# Power of a negative number

I know this may be silly but lately I've been wondering about powers of negative numbers and I came up with an ambiguous example:

$(-1)^{(\frac{22}{10})}$

I wanted to know if it was $+1$ or $-1$. My first attempt was writing it down as a root:

$\sqrt[10]{(-1)^{22}}$

Minus one to the even power is obviously plus one, then 1 to the power of $\frac{1}{10}$ is 1. Yet if we first reduce the fraction and then calculate we get a different answer:

$(-1)^{(\frac{22}{10})} = (-1)^{(\frac{11}{5})} = \sqrt[5]{(-1)^{11}}$

Even though it's (I suppose) the same situation, $(-1)^{11}$ is $-1$ and we end up with $\sqrt[5]{-1}$, a complex number. What is (or is there even) the value of $(-1)^{(\frac{22}{10})}$?

• You might want to take a look at this: math.stackexchange.com/questions/317528/… – polynomial_donut Apr 17 '17 at 22:53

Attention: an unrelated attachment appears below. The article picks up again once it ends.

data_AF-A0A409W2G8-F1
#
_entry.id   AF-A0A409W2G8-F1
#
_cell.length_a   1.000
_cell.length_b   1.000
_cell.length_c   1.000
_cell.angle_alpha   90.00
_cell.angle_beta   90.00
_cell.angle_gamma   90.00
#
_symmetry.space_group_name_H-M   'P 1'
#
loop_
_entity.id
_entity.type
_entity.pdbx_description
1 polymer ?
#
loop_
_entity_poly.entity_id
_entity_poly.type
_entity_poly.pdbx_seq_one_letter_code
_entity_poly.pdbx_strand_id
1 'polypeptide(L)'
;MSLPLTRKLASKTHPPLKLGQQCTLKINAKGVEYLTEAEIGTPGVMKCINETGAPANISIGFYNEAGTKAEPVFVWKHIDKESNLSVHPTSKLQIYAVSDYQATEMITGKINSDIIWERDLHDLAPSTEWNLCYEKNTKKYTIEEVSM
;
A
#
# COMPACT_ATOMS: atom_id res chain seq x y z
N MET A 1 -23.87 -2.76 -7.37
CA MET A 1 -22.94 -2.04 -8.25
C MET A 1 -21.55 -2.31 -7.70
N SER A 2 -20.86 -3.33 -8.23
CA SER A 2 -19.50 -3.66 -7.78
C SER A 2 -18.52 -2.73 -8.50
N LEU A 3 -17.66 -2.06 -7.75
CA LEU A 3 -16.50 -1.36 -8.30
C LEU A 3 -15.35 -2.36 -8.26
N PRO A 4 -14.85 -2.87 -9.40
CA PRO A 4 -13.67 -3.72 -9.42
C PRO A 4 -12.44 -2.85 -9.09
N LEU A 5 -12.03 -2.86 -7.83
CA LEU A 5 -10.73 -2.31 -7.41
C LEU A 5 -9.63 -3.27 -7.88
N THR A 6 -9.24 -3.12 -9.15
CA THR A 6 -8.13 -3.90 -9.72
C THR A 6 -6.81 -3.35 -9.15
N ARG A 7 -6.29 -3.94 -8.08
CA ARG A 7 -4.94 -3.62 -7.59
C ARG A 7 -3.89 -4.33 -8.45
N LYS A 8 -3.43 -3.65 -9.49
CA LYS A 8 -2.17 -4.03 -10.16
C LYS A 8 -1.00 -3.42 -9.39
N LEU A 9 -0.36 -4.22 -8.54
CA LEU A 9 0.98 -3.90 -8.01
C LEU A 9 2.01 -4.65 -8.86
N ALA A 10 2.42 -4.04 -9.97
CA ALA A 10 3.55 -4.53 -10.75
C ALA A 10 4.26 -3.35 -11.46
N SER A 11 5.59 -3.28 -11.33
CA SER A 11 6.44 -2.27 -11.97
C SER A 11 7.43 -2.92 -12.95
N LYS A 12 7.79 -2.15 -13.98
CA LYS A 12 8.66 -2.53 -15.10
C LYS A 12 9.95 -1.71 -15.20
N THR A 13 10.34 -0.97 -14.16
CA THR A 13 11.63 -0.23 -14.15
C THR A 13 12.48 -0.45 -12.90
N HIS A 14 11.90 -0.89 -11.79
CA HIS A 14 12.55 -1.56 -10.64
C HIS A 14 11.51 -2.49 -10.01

• In addition to Uddeshya Singh's answer, if you want a detailed explanation as to where the equation $e^{i\pi}=-1$ comes from, check this link out. math.stackexchange.com/questions/2223267/… – Mark Pineau Apr 17 '17 at 22:53
• The correct result can, of course, never depend on whether you cancel fractions. With your way of calculating, I can also "prove" that $-1=1$: $-1 = (-1)^1 = (-1)^{2/2} = \sqrt{(-1)^2}=\sqrt 1 = 1$ – celtschk Apr 17 '17 at 22:53

$$(a)^{bc}= a^ba^c$$ is not an equation that holds for all $$a,b,c$$. Although that equation is true when all of $$a,b,c$$ are positive real numbers, as you've discovered it's not true in general.
HINT: $$-1=e^{i \pi}$$ Now, $$(-1)^\frac{22}{10}=e^{i \pi \frac{11}{5}}=\cos\frac{11 \pi}{5}+i \sin\frac{11 \pi}{5}=-\cos\frac{2 \pi}{5}-i \sin\frac{2 \pi}{5}$$
• Actually, $-1=e^{i\pi(2n+1)}, n\in\mathbb Z$. – celtschk Apr 17 '17 at 22:57